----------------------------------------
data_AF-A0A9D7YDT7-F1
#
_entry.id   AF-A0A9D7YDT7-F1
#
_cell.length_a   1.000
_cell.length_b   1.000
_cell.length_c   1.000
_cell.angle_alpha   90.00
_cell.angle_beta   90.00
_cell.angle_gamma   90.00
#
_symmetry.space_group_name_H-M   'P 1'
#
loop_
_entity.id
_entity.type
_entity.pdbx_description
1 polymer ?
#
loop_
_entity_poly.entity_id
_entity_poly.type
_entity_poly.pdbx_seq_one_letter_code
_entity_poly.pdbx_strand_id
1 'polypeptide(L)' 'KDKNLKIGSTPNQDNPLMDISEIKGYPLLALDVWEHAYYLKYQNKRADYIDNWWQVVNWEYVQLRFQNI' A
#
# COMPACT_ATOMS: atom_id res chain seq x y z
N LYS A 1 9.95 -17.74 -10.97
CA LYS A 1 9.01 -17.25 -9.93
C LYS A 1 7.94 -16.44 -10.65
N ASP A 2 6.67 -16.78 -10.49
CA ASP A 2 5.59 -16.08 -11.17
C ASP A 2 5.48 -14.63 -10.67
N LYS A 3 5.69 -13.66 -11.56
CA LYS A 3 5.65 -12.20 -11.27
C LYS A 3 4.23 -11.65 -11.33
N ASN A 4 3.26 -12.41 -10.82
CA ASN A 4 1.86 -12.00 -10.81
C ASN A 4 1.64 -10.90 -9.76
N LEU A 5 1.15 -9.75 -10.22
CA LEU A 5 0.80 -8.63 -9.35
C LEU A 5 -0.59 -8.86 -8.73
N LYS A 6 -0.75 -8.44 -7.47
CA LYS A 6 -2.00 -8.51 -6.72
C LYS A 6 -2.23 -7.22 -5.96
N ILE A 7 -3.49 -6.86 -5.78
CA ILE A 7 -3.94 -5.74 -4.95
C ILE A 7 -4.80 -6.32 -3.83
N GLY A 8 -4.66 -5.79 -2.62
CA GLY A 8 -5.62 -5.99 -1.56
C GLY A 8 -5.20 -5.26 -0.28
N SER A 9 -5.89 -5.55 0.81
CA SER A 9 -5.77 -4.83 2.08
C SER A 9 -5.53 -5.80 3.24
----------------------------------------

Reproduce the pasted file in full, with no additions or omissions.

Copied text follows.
data_AF-A0A9D7YDT7-F1
#
_entry.id   AF-A0A9D7YDT7-F1
#
_cell.length_a   1.000
_cell.length_b   1.000
_cell.length_c   1.000
_cell.angle_alpha   90.00
_cell.angle_beta   90.00
_cell.angle_gamma   90.00
#
_symmetry.space_group_name_H-M   'P 1'
#
loop_
_entity.id
_entity.type
_entity.pdbx_description
1 polymer ?
#
loop_
_entity_poly.entity_id
_entity_poly.type
_entity_poly.pdbx_seq_one_letter_code
_entity_poly.pdbx_strand_id
1 'polypeptide(L)' 'KDKNLKIGSTPNQDNPLMDISEIKGYPLLALDVWEHAYYLKYQNKRADYIDNWWQVVNWEYVQLRFQNI' A
#
# COMPACT_ATOMS: atom_id res chain seq x y z
N LYS A 1 9.95 -17.74 -10.97
CA LYS A 1 9.01 -17.25 -9.93
C LYS A 1 7.94 -16.44 -10.65
N ASP A 2 6.67 -16.78 -10.49
CA ASP A 2 5.59 -16.08 -11.17
C ASP A 2 5.48 -14.63 -10.67
N LYS A 3 5.69 -13.66 -11.56
CA LYS A 3 5.65 -12.20 -11.27
C LYS A 3 4.23 -11.65 -11.33
N ASN A 4 3.26 -12.41 -10.82
CA ASN A 4 1.86 -12.00 -10.81
C ASN A 4 1.64 -10.90 -9.76
N LEU A 5 1.15 -9.75 -10.22
CA LEU A 5 0.80 -8.63 -9.35
C LEU A 5 -0.59 -8.86 -8.73
N LYS A 6 -0.75 -8.44 -7.47
CA LYS A 6 -2.00 -8.51 -6.72
C LYS A 6 -2.23 -7.22 -5.96
N ILE A 7 -3.49 -6.86 -5.78
CA ILE A 7 -3.94 -5.74 -4.95
C ILE A 7 -4.80 -6.32 -3.83
N GLY A 8 -4.66 -5.79 -2.62
CA GLY A 8 -5.62 -5.99 -1.56
C GLY A 8 -5.20 -5.26 -0.28
N SER A 9 -5.89 -5.55 0.81
CA SER A 9 -5.77 -4.83 2.08
C SER A 9 -5.53 -5.80 3.24